Seattle is among 20 U.S. cities with at least three major sports franchises. And one of those will play in the Super Bowl on Sunday. So it must be a great place to be a fan, right?
Well, the Seahawks, SuperSonics and Mariners have combined to play 97 seasons. Of those, exactly one, the 1978-79 NBA campaign, ended with a championship.
In the "winning is the only thing" culture of pro sports, that futility is nearly unmatched.
Sure, fans in Philadelphia think they've faced a dry season since the 76ers won the NBA title in 1983. But the Phillies won only three years before that and the Flyers won in 1974 and 1975 ... and Wilt Chamberlain led the 1966-67 Sixers to 68 wins and a title ... and the old Philadelphia Athletics had some of the best teams in baseball history. So they haven't had it that bad.
Phoenix's four teams share a single title (2001 Diamondbacks), but the city has endured only 71 seasons of pro sports. Give it time.
Cleveland? It has gone without a title for longer, but the old Browns were among the dominant franchises in pro football history, and the Indians chipped in a championship in 1948.
Only Atlanta, with four major teams, 130 combined seasons and one championship (1995 Braves) can compete.
"It hasn't been totally bleak," Seattle columnist Art Thiel said of his town's sporting history. "There have been a lot of quality sports personalities and some big games, but it hasn't often cracked that threshold where we've been in the national spotlight at a big event."
Seattle fans don't have much of a reputation one way or another. Philadelphia has its seething hunger for a title, Boston has its poetic mood swings, the South has its religious devotion to football.
But Seattle? The city is best known for other things - independent rock, rain, Microsoft and of course, coffee. For many residents, sports are interactive. They'd plunge a kayak into Puget Sound or hike into the mountains before plopping on a couch to watch the Seahawks.
French philosopher Bernard-Henri Levy, reprising Alexis de Tocqueville's famed tour of America, decided Seattle was our finest city.
"I loved Seattle's delicate, sun-speckled docks," he rhapsodized in The Atlantic last year. "Its pulsing, heterogenous marketplace, where highly specialized bookstores, shops selling collectible posters, myriad bars, are all wedged between two shimmering fish markets."
Levy made no mention of Matt Hasselbeck or Ray Allen.
So with its high literacy rate, beautiful scenery and sparkling public facilities, perhaps Seattle is too well-adjusted to be a crazed sports town.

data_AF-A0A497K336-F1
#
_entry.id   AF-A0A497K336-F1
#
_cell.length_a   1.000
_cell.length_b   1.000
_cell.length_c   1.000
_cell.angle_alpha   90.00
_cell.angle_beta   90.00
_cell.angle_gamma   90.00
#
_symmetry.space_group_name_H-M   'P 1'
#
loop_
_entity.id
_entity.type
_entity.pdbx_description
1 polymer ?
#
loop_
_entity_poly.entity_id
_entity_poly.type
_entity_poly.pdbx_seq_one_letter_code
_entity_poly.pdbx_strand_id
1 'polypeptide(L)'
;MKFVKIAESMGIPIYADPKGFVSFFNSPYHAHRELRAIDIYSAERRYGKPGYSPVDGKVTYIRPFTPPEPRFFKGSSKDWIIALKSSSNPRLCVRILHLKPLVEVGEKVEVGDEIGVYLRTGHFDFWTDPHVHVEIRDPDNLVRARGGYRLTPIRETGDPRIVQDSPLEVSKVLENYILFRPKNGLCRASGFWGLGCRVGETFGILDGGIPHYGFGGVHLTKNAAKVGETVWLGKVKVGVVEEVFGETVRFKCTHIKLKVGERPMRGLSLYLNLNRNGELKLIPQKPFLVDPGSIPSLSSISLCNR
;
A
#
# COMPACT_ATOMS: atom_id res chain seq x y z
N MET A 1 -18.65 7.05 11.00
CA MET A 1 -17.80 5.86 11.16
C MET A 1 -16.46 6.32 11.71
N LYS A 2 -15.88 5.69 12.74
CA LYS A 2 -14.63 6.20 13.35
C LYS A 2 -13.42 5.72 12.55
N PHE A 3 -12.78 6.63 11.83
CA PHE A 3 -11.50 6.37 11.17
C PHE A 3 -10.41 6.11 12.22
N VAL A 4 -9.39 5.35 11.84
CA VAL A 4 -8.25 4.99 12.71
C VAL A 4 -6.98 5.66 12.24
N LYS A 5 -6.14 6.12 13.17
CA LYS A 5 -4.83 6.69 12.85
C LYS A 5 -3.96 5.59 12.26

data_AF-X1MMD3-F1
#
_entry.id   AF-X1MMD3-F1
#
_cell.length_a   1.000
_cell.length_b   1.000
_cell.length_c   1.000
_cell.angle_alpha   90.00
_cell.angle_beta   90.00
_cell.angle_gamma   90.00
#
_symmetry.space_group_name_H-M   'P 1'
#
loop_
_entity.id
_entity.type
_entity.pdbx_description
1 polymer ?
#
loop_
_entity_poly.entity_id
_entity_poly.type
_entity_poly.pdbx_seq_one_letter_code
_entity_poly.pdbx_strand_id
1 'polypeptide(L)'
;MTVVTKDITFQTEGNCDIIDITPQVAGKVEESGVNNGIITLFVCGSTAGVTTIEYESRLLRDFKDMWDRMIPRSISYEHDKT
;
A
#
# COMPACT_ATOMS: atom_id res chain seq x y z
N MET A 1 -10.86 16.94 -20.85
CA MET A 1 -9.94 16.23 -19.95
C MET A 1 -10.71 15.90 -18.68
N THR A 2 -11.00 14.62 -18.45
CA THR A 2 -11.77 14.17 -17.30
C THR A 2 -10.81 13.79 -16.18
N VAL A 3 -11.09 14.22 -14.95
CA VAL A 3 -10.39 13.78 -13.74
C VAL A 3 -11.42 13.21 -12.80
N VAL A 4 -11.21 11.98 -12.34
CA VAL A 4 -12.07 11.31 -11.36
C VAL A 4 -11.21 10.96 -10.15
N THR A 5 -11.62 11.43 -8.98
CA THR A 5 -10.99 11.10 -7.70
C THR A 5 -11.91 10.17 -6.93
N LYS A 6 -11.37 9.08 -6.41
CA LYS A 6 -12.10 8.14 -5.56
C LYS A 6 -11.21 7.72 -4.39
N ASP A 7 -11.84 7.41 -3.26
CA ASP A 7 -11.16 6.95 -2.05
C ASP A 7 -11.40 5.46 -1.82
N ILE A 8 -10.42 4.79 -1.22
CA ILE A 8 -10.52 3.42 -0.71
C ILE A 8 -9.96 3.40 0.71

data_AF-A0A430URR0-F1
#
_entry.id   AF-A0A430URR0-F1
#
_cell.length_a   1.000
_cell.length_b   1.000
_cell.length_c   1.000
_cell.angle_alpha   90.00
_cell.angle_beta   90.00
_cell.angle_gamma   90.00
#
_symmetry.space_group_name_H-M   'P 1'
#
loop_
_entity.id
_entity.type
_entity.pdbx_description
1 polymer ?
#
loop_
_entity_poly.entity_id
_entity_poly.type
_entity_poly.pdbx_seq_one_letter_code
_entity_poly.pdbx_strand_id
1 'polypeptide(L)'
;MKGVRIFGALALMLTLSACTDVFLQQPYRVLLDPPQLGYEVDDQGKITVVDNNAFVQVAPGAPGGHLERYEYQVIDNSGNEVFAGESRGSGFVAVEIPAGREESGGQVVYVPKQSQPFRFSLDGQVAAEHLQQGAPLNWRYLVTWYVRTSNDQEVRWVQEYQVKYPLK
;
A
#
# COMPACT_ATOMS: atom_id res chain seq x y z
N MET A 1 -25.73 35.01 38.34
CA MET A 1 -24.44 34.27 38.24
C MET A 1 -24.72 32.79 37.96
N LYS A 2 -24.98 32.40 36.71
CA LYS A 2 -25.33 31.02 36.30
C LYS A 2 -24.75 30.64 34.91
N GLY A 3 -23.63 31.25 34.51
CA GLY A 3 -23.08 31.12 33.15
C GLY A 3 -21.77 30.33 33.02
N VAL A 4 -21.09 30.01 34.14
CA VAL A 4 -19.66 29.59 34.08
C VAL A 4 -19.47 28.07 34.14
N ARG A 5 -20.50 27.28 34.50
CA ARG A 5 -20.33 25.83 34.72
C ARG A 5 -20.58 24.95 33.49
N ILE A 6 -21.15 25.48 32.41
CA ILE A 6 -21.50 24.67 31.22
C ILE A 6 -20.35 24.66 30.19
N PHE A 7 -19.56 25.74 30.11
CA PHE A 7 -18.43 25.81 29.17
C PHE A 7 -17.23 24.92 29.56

Thiel has chronicled sports for the Seattle Post-Intelligencer for more than two decades. As excited as fans are, he said, a Seahawks win Sunday would not produce the kind of absolution Boston felt when the Red Sox won in 2004.
"It's fun, it's exciting ... it's wonderful," he said of the Super Bowl. "But will the result somehow mean Seattle is bad or good? No."
Like Atlanta, Seattle is packed with young professionals transplanted from somewhere else. It's not like Baltimore, where grandfathers talk of Johnny Unitas' handoff to Alan Ameche in 1958 and fathers tell their sons about Brooks Robinson stabbing liners in the 1970 World Series.
"There is a growing passion for it, but it doesn't go back five generations," Thiel said. "I believe that sports becomes part of the local culture when families talk about it after dinner. Seattle is really at the end of its first generation of sports fans and in the beginning of its second."
Seattle fans are devoted enough. The Mariners have drawn consistently well since Safeco Field opened in 1999. Seahawks crowds produced a din as great as those in Denver and Indianapolis in this season's playoffs.
Among diehards, the yearning for a title is as strong as in any city, said David Israel, president of a 1,000-member Seahawks fan club.
"I think there's been a desperation since Day One," he said.
No golden era
Sports history in Seattle isn't the same as in East Coast cities. The town had no pro team until the Sonics arrived in 1967 and didn't have all three until 1977. So it has no golden era to look back on.
The city's first stab at baseball, the Seattle Pilots, lasted but one season - a 64-98 debacle in 1969 in which the team drew 8,000 fans a game. The franchise then fled to Milwaukee to become the Brewers. Jim Bouton spent that 1969 Pilots season keeping a diary for the book Ball Four.
Consider this Aug. 19 dispatch: "The attendance at the Baltimore games was respectable, but we're back to not drawing much for the Tigers. It is decided in the bullpen that the people who came to see us play the Orioles are the same kind who went to see the lions eat the Christians."
The Sonics of the late '70s gave the city its most fruitful run. The 1978-79 championship team didn't have a glamour star but had four excellent players in guard Dennis Johnson, long-range shooter "Downtown" Freddie Brown, leading scorer Gus Williams and center Jack Sikma.